As part of the three-year consent decree, Bornt & Sons and Barraza Farm Services will pay $300,000 to the sexual harassment and retaliation victims. The companies further agreed to immediate reinstatement for those workers previously denied reemployment, along with the assignment of an EEO compliance coordinator who will assist in regular EEO compliance audits. The companies also agreed to the creation of a new employee policy manual addressing harassment and its reporting procedures, sexual harassment and EEO training of all staff members, and the creation of a centralized record keeping log to track all harassment complaints. The EEOC will monitor compliance with this agreement.

“Sexual harassment continues to remain a persistent problem in the agriculture industry,” said Anna Park, regional attorney for the EEOC’s Los Angeles District, which includes San Diego in its jurisdiction. “Employers should take advantage of the EEOC’s harassment report recommendations to ensure a hostile free work environment.”

Rosa Viramontes, director for the EEOC’s Los Angeles District Office, added, “In this case, the farmworkers exhibited great courage in reporting the harassment and showing others that there are resources to combat such abuse. Employers should welcome reports of harassment as an opportunity to stop and correct inappropriate behavior. Retaliation against workers who exercise their right to complain is not only against the law, but also allows the hostile work environment to fester.”

Bornt & Sons, headquartered in Holtville, Calif., operates organic farms specializing in organic salad mix in Imperial County, Calif. Barraza Farm Service is a labor contractor that provides workers to area farms. Barraza Farm Service has locations in Calipatria and Holtville, Calif.

Eliminating discriminatory practices affecting vulnerable workers who may be unaware of their rights under equal employment laws or reluctant or unable to exercise them is one of six national priorities identified by the EEOC’s Strategic Enforcement Plan (SEP).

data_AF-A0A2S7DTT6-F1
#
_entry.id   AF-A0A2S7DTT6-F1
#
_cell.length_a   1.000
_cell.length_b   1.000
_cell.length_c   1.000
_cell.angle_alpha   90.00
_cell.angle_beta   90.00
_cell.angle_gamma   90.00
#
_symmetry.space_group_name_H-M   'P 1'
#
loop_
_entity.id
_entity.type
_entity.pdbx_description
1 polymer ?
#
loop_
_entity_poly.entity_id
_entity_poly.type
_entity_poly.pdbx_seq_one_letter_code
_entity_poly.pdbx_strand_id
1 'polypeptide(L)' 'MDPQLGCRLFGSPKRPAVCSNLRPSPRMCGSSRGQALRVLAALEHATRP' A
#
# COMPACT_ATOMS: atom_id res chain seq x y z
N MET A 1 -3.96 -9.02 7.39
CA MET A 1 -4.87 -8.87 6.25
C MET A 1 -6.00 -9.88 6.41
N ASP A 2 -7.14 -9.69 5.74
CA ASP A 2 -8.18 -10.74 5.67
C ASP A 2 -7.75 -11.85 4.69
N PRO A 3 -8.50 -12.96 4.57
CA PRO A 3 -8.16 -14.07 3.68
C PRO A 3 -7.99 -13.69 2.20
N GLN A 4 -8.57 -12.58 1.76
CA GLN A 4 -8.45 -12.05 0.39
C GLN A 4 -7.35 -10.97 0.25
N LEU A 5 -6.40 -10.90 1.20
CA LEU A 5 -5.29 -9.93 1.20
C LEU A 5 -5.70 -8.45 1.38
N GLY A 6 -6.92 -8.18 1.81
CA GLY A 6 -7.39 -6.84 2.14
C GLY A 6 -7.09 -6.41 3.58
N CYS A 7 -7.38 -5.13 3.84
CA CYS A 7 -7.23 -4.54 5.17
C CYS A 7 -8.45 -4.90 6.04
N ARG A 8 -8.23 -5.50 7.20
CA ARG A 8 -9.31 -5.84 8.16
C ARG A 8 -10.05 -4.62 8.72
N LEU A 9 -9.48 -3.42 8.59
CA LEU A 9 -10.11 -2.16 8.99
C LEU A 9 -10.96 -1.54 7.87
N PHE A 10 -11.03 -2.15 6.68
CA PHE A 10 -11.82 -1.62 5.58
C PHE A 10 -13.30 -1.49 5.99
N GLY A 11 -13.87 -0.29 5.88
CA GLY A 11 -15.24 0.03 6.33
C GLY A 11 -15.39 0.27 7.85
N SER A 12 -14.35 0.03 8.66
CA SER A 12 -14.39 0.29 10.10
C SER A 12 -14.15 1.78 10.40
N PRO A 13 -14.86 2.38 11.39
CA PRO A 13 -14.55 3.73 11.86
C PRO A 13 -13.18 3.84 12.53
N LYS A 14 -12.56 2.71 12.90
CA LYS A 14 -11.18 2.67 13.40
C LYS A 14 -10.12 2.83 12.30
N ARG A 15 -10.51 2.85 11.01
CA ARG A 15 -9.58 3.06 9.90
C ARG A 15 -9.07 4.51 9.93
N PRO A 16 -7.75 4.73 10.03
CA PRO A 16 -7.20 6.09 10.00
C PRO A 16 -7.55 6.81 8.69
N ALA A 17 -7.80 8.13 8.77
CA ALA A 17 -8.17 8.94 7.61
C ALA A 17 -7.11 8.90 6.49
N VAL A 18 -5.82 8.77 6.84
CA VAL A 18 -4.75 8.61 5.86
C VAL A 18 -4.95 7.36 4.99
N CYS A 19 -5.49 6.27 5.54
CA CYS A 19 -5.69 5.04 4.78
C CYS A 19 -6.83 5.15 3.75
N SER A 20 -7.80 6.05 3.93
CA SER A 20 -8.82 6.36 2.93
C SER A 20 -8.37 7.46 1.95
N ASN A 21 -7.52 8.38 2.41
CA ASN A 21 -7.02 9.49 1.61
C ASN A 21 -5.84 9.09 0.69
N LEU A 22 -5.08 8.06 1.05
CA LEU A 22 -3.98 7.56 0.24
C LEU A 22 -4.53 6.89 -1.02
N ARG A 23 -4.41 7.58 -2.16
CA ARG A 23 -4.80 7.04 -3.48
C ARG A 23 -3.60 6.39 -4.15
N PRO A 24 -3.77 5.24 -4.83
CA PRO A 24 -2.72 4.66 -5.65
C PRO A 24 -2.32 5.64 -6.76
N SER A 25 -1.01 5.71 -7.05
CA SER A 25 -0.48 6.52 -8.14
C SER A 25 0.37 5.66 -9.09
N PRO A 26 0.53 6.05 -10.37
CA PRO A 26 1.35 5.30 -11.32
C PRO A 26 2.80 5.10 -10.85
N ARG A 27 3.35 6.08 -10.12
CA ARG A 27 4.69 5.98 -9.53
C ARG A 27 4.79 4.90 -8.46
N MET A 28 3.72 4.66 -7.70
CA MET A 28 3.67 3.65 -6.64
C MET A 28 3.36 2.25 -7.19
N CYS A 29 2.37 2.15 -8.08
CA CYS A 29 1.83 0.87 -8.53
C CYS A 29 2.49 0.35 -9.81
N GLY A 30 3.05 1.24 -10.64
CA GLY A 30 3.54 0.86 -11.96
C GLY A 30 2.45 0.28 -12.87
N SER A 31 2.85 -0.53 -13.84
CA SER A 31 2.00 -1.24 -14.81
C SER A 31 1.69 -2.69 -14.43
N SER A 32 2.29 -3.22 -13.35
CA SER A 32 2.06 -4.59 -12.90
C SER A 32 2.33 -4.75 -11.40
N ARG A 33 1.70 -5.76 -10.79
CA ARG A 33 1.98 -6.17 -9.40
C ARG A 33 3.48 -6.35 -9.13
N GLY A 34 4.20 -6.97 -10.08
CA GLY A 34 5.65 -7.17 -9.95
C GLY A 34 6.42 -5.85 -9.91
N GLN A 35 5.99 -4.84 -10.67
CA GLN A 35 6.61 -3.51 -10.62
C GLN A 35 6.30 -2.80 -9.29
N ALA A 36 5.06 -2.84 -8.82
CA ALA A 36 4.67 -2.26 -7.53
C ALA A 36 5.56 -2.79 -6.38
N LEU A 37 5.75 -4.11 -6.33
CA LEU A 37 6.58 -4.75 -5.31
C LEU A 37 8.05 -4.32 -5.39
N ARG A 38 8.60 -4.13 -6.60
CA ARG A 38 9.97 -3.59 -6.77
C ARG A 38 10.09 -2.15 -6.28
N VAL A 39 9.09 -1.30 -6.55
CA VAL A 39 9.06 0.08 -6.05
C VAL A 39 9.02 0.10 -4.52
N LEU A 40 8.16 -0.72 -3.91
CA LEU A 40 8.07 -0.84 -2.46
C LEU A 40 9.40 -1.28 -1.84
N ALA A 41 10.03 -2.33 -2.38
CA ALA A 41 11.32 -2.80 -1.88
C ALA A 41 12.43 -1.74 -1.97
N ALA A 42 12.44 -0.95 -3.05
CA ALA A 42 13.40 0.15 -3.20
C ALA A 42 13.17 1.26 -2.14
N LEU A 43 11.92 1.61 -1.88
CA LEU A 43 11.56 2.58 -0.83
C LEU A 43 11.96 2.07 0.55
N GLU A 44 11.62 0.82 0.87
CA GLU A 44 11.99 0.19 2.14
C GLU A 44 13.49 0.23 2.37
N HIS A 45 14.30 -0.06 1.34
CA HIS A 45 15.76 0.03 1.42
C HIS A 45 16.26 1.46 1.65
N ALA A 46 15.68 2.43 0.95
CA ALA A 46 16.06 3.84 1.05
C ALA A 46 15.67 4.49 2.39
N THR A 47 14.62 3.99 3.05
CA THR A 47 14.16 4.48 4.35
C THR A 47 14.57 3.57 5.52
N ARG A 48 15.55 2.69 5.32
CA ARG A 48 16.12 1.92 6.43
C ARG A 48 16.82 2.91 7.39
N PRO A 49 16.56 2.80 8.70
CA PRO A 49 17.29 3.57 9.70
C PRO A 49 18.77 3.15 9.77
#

EEOC: Fla. Merchandiser Allowed Race Discrimination, Harassment and Retaliation

The only thing fanatical about this workplace apparently was the racial venom directed at some its employees.

Fanatics Retail Group, Inc. violated federal law by subjecting employees to racial discrimination, harassment and retaliatory failure to promote, the U.S. Equal Employment Opportunity Commission (EEOC) charged in a lawsuit it filed on July 24. Jacksonville-based Fanatics is a leading online retailer of officially licensed sports merchandise, including NCAA, NFL, MLB, NBA, NHL, and NASCAR merchandise.

The EEOC’s suit charged that Fanatics’ Jacksonville workplace was racially divided, and that the company subjected employees to racial slurs and comments such as “We don’t need any outbreak monkeys here.” When an employee complained about the treatment, he was told that he would never be promoted.

Such alleged conduct violates Title VII of the Civil Rights Act of 1964. The EEOC filed its suit (Civil Action No. 3:18-cv-900-J-32PDB) in U.S. District Court for the Middle District of Florida after first attempting to reach a pre-litigation settlement through its conciliation process.

“The use of racial slurs in the workplace and retaliating against an employee for complaining is abhorrent,” said EEOC Regional Attorney Robert E. Weisberg. “When such abuse occurs, the EEOC will vigorously seek to correct the bad practices and secure an appropriate remedy for the victim.”

EEOC District Director Michael Farrell added, “This type of outrageous discrimination has no place in the workplace. We hope that our lawsuit will send a message, not only to the defendant, but to the entire manufacturing and retail industry, that the EEOC will not tolerate this kind of misconduct – or retaliation for complaining about it.”

The EEOC’s Miami District Office is comprised of the Miami, Tampa and San Juan EEOC offices, and has jurisdiction over Florida, Puerto Rico and the U.S. Virgin Islands.

Credit Union Tagged in Retaliation Lawsuit

Now employers may need to screen their training videos to make sure they are not racially offensive.

Lafayette Schools’  Federal Credit Union unlawfully fired its only African-American branch manager  because she opposed – and assisted another black employee in opposing – its use  of a racially offensive video during a training session, the U.S. Equal  Employment Opportunity Commission (EEOC) charged in a lawsuit filed July 13.